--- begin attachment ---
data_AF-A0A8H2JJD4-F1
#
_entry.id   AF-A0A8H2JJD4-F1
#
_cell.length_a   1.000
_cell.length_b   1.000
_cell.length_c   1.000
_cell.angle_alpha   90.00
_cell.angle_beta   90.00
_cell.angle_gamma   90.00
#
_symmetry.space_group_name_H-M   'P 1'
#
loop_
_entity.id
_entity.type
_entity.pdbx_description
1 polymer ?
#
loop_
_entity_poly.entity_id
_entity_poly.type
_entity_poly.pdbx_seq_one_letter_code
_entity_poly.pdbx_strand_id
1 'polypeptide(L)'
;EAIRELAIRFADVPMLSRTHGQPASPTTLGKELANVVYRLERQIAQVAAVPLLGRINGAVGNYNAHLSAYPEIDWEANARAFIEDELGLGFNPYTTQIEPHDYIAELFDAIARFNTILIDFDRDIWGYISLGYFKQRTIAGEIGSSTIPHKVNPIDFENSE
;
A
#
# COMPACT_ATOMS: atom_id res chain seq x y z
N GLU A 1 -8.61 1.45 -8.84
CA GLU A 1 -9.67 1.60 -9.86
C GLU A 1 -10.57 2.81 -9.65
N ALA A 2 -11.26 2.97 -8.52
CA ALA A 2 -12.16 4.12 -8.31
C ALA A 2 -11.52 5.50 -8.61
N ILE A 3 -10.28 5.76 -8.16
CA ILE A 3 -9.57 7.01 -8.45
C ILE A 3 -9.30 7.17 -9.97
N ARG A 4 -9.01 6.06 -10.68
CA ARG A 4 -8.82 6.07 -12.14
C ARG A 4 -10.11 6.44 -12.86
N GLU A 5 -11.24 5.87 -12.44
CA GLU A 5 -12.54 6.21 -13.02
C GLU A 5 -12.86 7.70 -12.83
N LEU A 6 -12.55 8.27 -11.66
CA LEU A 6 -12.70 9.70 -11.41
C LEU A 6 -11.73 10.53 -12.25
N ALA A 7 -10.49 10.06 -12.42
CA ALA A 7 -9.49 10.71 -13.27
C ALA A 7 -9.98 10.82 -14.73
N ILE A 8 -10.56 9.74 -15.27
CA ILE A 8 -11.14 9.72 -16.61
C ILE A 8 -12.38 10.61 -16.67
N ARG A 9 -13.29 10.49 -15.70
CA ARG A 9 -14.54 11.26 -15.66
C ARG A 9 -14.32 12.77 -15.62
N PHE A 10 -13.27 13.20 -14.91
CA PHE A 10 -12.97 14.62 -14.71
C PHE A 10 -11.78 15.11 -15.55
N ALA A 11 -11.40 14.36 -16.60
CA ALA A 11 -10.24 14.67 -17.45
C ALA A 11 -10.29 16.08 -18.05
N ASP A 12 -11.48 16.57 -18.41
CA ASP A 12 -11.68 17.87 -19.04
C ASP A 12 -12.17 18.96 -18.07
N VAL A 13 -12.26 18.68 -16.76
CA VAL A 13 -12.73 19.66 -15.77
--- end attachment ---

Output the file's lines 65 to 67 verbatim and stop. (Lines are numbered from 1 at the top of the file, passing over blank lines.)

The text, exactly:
CA ASP A 12 -11.68 17.87 -19.04
C ASP A 12 -12.17 18.96 -18.07
N VAL A 13 -12.26 18.68 -16.76